Linden MacIntyre is one of Canada's most distinguished broadcast journalists. He has been involved in the production of documentaries and stories from all over the world. He is the author of four previous books, including his first novel, The Long Stretch, and a childhood memoir, Causeway, both of which were critically acclaimed; the latter won The Edna Staebler Award for Creative Non-Fiction in 2007. His most recent novel, The Bishop's Man, was awarded the 2009 Scotiabank Giller Prize, and two Libris Awards. It was also longlisted for the Dublin IMPAC Prize. MacIntyre was born in St Lawrence, Newfoundland, and grew up in Port Hastings, Cape Breton. He now lives in Toronto.
Shelley now lives in Birmingham with her grandmother Eileen, author of Borstal Girl, and her beautiful daughter Alyssia.
Ian MacKenzie graduated from Harvard in 2004. He lives in Brooklyn.
Aggie MacKenzie has worked on a number of national magazines, and was associate editor in charge of the Good Housekeeping Institute. Her current work covers variety of areas; aside from co-presenting How Clean is Your House?, she writes a column for The Times, frequently partakes in advertising campaigns and has appeared on many different programmes including Market Kitchen, The One Show and Dancing On Ice. Aggie is married, has two sons and lives in north London.When Aggie's not working, cleaning or tending to her allotment she loves to cook.
Ross MacKenzie has been writing stories since he was seven years old, when he created an illustrated short story about a hungry crocodile named Crunchy Colin in a smuggled school jotter. His novel The Nowhere Emporium won the Blue Peter Best Story Award and the Scottish Children’s Book Award. He now splits his time between writing, his day job as a graphic designer and his wife, daughters and cocker spaniel, with whom he lives near Glasgow.
Dr James MacKillop is an eminent scholar of Celtic history and culture, having been Visiting Fellow in Celtic Languages at Harvard University, Professor of English at the State University of New York, Visiting Professor at the Université de Rennes and President of the American Conference for Irish Studies. His many publications include the Dictionary of Celtic Mythology (1998), Fionn mac Cumhaill (1986) and Irish Literature: A Reader (1987, 2005). He is based in Syracuse, New York. Dr James MacKillop is an eminent scholar of Celtic history and culture, having been Visiting Fellow in Celtic Languages at Harvard University, Professor of English at the State University of New York, Visiting Professor at the Université de Rennes and President of the American Conference for Irish Studies. His many publications include the Dictionary of Celtic Mythology (1998), Fionn mac Cumhaill (1986) and Irish Literature: A Reader (1987, 2005). He is based in Syracuse, New York.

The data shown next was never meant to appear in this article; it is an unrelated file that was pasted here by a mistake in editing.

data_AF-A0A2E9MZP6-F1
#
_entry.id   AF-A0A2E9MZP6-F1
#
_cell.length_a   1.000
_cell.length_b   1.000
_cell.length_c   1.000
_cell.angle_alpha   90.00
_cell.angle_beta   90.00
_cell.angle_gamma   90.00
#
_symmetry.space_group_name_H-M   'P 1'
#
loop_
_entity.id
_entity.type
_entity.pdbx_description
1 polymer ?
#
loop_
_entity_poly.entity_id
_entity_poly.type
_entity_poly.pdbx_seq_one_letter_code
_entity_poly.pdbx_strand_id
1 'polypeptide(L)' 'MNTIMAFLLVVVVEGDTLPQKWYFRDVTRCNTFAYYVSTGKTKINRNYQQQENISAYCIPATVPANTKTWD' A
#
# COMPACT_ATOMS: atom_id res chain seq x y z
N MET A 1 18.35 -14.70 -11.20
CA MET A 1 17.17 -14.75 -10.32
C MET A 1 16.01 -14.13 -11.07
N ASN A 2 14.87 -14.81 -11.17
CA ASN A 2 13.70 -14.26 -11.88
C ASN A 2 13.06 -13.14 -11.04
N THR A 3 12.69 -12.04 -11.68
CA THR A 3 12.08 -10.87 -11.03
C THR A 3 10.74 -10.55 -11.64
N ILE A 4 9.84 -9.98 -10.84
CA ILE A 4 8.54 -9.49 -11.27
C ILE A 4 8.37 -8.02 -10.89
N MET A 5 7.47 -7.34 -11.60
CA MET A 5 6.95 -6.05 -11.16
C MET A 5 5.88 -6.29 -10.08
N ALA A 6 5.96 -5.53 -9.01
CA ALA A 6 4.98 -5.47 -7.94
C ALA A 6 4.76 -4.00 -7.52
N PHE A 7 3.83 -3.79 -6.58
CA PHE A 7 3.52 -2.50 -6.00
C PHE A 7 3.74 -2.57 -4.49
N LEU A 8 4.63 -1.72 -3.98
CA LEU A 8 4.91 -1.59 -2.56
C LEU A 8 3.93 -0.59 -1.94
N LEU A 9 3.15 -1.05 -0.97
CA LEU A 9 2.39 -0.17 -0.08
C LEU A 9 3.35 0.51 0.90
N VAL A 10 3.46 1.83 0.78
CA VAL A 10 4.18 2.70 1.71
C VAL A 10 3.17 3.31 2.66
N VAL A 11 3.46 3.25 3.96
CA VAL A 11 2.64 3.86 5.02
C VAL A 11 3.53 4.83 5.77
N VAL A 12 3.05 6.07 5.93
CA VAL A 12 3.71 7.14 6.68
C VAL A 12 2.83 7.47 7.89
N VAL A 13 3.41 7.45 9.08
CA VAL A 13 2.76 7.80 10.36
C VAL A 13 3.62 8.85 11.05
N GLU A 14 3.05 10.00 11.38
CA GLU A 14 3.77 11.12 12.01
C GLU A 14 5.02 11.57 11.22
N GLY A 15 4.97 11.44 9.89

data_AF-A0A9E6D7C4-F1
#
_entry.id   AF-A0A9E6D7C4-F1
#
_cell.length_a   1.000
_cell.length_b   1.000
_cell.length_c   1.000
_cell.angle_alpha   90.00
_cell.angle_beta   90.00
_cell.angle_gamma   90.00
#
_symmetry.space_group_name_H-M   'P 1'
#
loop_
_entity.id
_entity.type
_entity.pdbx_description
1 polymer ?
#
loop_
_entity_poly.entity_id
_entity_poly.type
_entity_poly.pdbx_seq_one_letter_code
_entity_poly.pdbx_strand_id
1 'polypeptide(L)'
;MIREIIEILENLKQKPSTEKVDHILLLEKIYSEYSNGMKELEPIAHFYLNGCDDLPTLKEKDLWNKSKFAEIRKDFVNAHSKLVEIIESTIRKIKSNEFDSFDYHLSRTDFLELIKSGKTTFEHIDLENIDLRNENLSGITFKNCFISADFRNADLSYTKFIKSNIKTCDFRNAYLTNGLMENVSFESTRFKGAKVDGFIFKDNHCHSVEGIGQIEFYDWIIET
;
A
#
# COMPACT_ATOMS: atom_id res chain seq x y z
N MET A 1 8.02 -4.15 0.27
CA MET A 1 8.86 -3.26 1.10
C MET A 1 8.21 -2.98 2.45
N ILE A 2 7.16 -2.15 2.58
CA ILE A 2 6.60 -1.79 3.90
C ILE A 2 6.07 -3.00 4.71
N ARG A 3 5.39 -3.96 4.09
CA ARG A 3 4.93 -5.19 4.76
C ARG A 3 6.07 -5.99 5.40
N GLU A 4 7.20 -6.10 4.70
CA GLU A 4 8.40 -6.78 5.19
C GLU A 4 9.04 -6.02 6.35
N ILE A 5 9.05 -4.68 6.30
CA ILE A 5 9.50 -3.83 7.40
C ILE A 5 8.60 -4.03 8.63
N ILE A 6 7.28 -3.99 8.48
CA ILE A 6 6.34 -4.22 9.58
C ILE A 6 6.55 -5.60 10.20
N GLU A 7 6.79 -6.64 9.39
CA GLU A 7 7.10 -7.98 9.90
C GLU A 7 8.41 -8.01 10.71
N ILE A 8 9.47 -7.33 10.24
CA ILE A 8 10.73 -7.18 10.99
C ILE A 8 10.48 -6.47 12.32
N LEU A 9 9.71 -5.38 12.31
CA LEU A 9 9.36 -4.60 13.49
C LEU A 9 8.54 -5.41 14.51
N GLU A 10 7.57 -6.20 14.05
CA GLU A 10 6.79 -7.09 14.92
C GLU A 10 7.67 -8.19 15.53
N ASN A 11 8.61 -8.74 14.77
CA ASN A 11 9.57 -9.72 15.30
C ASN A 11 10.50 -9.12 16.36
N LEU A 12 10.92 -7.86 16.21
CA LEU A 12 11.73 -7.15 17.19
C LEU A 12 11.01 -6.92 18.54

Kate MacLachlan grew up in Belfast in the 1970s, which was, she says, 'quite exciting really'. She went to Dundee University, and now works as a Social Worker in a Commnity Mental Health Team. She is married and lives in Inverness-shire with an assortment of animals. They have three teenage children. She has had a number of articles and short stories published, but Love My Enemy is her first book.
Julian Maclaren-Ross (1912-1964) is best known for his novel OF LOVE AND HUNGER and his MEMOIRS OF THE FORTIES.
Bernard MacLaverty lives in Glasgow. He has written five collections of stories and four other novels, including Grace Notes which was shortlisted for the Booker Prize and won the Saltire Scottish Book of the Year Award. He has written versions of his fiction for other media – radio and television plays, screenplays and libretti.
Rory MacLean is the author of six highly acclaimed and award-winning books. He is a regular contributor to Radio 4 and lives in Dorset with his wife and son.
Charles has been researching, writing, and lecturing about whisky for more than 30 years, and is the author of 10 books on the subject. One of his books won the James Beard Award for Wine and Spirit Book of the Year 2005, and was shortlisted for the Glenfiddich Food and Drink Awards. Charles was elected a Keeper of the Quaich in 1992, the industry's highest accolade, for his services to whisky over many years.
Alistair MacLeod was born in 1936 and raised in Cape Breton, Nove Scotia. MacLeod is the author of two short story collections, The Lost Salt Gift of Blood (1976) and As Birds Bring Forth the Sun and Other Stories (1986) and the novel, No Great Mischief, published in 1999. Written over the course of thirteen years, No Great Mischief won numerous Canadian literary awards and the 2001 International IMPAC Dublin Literary Award. All of his published short stories, plus one new piece, were collected in Island, published in 2000. He teaches at the University of Windsor, Ontario.
Hector MacLeod is a former solicitor who served as a director of several Chinese companies while living in Hong Kong. Upon returning to the UK, he has continued to act as a business consultant in liaison with China. Malcolm McLeod is the former vice principal and professor of African Studies at the University of Glasgow. Now retired, he is currently a trustee of the National Museums of Scotland.